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Designing

Down in front

Replacing awkward additions with a pleasing porch gives a Newton home a new look.

By Marni Elyse Katz
May 2, 2010

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Never mind the high ceilings, perfect proportions, and park across the street. What really attracted Marya Van’t Hul and Joshua Gahm to their Second Empire mansard house was the front porch. Or, rather, the promise of one.

When Van’t Hul, a former book editor, and Gahm, a software engineer, purchased the circa 1860s Newtonville home they share with their now 8-year-old son and 12-year-old daughter, the front of the house was smothered in funky extensions dating to the 1920s and 1930s. “It was like entering a cave,” she says. The add-ons were not just unattractive, they were unusable – hot in the summer and cold in the winter.

On the recommendation of a colleague, the couple hired Cambridge-based architect John Altobello to transform the facade. (They also got a new mudroom and second-floor study out of the deal by reclaiming space found through removing an unnecessary staircase.)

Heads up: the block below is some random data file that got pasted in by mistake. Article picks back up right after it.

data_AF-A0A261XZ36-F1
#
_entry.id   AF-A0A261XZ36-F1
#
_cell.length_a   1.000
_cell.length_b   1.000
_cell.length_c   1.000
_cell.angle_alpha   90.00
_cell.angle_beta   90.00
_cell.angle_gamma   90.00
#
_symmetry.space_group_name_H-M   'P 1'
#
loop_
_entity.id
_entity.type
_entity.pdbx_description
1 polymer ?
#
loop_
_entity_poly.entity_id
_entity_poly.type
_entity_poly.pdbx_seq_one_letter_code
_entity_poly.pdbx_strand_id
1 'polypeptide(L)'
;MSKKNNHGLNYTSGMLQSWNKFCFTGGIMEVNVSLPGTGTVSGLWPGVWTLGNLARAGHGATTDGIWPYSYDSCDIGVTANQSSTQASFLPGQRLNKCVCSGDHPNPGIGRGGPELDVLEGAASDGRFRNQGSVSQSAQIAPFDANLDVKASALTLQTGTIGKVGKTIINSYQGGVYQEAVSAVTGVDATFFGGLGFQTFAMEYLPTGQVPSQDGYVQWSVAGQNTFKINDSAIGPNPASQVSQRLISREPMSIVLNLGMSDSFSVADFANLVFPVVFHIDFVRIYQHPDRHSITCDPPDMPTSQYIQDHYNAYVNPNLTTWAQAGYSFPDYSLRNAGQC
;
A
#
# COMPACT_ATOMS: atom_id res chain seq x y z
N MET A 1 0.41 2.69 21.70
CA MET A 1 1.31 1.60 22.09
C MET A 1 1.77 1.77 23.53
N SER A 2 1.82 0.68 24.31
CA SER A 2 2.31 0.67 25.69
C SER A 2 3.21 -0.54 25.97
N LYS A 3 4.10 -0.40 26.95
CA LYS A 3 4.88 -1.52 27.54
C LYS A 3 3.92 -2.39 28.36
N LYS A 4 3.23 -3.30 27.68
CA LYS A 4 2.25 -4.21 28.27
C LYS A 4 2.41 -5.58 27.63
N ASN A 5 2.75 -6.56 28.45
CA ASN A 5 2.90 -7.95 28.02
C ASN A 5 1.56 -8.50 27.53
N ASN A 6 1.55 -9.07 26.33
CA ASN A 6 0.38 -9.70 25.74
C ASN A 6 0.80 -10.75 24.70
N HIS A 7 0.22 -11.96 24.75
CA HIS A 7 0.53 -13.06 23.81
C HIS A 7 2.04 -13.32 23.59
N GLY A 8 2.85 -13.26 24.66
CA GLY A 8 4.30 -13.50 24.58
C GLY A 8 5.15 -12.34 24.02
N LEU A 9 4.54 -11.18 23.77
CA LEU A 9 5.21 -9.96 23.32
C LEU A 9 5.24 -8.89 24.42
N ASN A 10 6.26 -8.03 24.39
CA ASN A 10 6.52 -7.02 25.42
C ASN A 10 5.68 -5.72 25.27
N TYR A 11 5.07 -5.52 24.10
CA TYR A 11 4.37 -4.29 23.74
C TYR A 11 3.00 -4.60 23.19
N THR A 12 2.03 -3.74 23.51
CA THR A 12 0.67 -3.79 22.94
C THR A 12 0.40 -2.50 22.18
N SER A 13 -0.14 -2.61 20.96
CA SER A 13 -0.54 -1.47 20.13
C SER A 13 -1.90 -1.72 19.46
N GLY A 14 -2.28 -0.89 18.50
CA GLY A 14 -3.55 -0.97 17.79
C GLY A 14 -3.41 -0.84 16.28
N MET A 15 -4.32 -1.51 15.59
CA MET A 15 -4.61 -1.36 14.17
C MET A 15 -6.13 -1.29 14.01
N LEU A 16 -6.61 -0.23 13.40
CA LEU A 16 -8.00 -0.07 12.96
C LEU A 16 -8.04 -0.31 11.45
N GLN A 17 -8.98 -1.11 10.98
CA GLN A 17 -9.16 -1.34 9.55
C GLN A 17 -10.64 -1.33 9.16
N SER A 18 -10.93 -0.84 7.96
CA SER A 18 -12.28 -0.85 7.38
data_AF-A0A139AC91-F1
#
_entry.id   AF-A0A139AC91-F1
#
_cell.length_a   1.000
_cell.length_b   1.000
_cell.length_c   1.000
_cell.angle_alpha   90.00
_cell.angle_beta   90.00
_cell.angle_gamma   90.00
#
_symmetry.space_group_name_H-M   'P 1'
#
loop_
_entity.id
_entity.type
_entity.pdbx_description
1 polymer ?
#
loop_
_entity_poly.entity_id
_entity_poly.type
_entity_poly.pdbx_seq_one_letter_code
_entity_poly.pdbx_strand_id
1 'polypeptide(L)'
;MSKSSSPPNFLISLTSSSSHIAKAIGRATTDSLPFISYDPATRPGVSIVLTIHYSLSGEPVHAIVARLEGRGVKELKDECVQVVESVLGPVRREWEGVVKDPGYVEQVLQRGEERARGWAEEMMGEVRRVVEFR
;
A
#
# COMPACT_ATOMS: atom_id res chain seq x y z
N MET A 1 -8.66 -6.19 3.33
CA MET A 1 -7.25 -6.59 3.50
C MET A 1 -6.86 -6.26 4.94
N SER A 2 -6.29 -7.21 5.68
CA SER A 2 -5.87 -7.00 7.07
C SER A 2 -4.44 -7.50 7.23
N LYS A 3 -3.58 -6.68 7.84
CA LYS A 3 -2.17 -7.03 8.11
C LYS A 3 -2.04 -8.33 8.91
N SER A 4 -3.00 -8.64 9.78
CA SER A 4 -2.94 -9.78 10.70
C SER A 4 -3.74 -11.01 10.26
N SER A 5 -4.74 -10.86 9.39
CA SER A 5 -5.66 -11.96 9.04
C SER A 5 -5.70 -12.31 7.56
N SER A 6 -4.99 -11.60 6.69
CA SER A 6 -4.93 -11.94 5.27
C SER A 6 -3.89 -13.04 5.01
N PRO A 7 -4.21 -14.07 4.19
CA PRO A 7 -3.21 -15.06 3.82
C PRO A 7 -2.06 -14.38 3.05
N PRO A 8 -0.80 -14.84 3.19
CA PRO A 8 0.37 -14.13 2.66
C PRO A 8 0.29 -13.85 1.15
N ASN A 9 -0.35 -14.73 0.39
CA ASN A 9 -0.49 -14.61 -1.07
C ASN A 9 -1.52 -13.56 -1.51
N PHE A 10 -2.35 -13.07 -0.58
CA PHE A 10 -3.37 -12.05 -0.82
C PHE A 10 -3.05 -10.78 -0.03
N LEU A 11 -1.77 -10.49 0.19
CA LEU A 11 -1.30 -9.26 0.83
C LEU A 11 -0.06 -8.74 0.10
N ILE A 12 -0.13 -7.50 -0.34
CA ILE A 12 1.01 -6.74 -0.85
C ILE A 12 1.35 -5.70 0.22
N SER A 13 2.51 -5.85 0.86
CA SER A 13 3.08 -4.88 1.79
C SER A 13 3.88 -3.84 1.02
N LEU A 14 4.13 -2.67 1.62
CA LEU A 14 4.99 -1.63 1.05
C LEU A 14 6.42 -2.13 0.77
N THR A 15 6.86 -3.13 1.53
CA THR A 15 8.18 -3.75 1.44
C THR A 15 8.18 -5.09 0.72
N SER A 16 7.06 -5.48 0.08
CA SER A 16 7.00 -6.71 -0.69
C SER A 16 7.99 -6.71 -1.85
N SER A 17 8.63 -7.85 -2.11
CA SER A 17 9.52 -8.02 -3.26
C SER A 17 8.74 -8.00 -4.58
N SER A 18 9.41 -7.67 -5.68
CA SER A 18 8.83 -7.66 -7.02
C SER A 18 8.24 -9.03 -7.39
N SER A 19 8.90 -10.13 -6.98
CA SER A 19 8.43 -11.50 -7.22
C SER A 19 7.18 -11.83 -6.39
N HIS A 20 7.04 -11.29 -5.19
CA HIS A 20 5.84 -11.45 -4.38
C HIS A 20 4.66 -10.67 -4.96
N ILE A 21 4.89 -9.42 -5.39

The couple, who were intimately involved in the design process, looked at a lot of Victorian pattern books for inspiration. “Detail was extremely important,” says Altobello, who custom-designed the columns, balusters, and brackets. The on-site contractor, Kevin Morrissey of Brighton-based Morrissey Construction Corp., turned out sample wooden brackets in varying thicknesses and heights. Then they all took turns holding up columns, balusters, and brackets on the porch while the others stood across the street in the park, to be sure the final design would look right. “We worked until the proportions were just right,” says Altobello.

The height of the railing was of particular concern. It shouldn’t be obtrusive, yet it had to be prominent enough to match the architecture of the house. It wasn’t just about aesthetics; it was about how the family would relate to the neighborhood. “A porch is a nice, intermediate area,” says Van’t Hul. “You’re in your own space, but you can still chat with your neighbors.”

The family makes the most of the new porch. Although Van’t Hul had imagined it as a quiet spot to knit, it has become a hangout for her daughter and her friends. And both kids do their homework out there. “Every house should have a front porch,” says Van’t Hul. “We met more people in the first two months we used the porch than we did in the whole five years we lived here.”

Marni Elyse Katz is a writer in Boston. Send comments to designing@globe.com.

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